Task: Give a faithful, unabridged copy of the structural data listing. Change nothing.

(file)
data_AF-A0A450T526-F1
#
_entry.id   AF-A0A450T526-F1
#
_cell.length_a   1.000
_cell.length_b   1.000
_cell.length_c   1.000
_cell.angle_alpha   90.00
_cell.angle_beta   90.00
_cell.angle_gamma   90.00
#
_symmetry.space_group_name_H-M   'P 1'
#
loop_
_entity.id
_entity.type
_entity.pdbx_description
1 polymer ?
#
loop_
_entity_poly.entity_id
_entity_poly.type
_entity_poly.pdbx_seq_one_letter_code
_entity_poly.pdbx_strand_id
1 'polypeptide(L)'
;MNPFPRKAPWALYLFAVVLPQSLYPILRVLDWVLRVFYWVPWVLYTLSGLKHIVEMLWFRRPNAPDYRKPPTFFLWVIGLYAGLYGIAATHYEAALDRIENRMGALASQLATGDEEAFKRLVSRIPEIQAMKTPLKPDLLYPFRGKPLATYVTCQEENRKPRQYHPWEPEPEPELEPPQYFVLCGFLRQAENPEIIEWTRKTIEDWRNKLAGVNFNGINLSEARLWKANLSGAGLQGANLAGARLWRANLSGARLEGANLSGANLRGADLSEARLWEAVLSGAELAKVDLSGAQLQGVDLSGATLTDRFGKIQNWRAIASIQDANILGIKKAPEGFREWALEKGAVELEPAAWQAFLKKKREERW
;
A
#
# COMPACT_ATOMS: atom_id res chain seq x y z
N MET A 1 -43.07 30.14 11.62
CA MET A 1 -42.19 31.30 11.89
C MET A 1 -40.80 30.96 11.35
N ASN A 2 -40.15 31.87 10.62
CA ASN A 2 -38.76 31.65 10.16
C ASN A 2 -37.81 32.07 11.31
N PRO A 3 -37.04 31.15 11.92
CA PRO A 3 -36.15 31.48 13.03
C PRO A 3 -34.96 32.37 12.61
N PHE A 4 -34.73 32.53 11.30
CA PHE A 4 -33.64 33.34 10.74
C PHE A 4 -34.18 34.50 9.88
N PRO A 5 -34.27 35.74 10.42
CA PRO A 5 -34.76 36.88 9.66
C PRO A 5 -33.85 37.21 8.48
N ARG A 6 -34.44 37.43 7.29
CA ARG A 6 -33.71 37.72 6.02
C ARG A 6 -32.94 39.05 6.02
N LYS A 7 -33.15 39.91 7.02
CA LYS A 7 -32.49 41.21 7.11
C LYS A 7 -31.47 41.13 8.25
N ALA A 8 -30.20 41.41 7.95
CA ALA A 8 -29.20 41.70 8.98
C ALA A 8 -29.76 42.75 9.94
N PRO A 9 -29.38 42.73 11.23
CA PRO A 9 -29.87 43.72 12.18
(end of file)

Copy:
data_AF-A0A450T526-F1
#
_entry.id   AF-A0A450T526-F1
#
_cell.length_a   1.000
_cell.length_b   1.000
_cell.length_c   1.000
_cell.angle_alpha   90.00
_cell.angle_beta   90.00
_cell.angle_gamma   90.00
#
_symmetry.space_group_name_H-M   'P 1'
#
loop_
_entity.id
_entity.type
_entity.pdbx_description
1 polymer ?
#
loop_
_entity_poly.entity_id
_entity_poly.type
_entity_poly.pdbx_seq_one_letter_code
_entity_poly.pdbx_strand_id
1 'polypeptide(L)'
;MNPFPRKAPWALYLFAVVLPQSLYPILRVLDWVLRVFYWVPWVLYTLSGLKHIVEMLWFRRPNAPDYRKPPTFFLWVIGLYAGLYGIAATHYEAALDRIENRMGALASQLATGDEEAFKRLVSRIPEIQAMKTPLKPDLLYPFRGKPLATYVTCQEENRKPRQYHPWEPEPEPELEPPQYFVLCGFLRQAENPEIIEWTRKTIEDWRNKLAGVNFNGINLSEARLWKANLSGAGLQGANLAGARLWRANLSGARLEGANLSGANLRGADLSEARLWEAVLSGAELAKVDLSGAQLQGVDLSGATLTDRFGKIQNWRAIASIQDANILGIKKAPEGFREWALEKGAVELEPAAWQAFLKKKREERW
;
A
#
# COMPACT_ATOMS: atom_id res chain seq x y z
N MET A 1 -43.07 30.14 11.62
CA MET A 1 -42.19 31.30 11.89
C MET A 1 -40.80 30.96 11.35
N ASN A 2 -40.15 31.87 10.62
CA ASN A 2 -38.76 31.65 10.16
C ASN A 2 -37.81 32.07 11.31
N PRO A 3 -37.04 31.15 11.92
CA PRO A 3 -36.15 31.48 13.03
C PRO A 3 -34.96 32.37 12.61
N PHE A 4 -34.73 32.53 11.30
CA PHE A 4 -33.64 33.34 10.74
C PHE A 4 -34.18 34.50 9.88
N PRO A 5 -34.27 35.74 10.42
CA PRO A 5 -34.76 36.88 9.66
C PRO A 5 -33.85 37.21 8.48
N ARG A 6 -34.44 37.43 7.29
CA ARG A 6 -33.71 37.72 6.02
C ARG A 6 -32.94 39.05 6.02
N LYS A 7 -33.15 39.91 7.02
CA LYS A 7 -32.49 41.21 7.11
C LYS A 7 -31.47 41.13 8.25
N ALA A 8 -30.20 41.41 7.95
CA ALA A 8 -29.20 41.70 8.98
C ALA A 8 -29.76 42.75 9.94
N PRO A 9 -29.38 42.73 11.23
CA PRO A 9 -29.87 43.72 12.18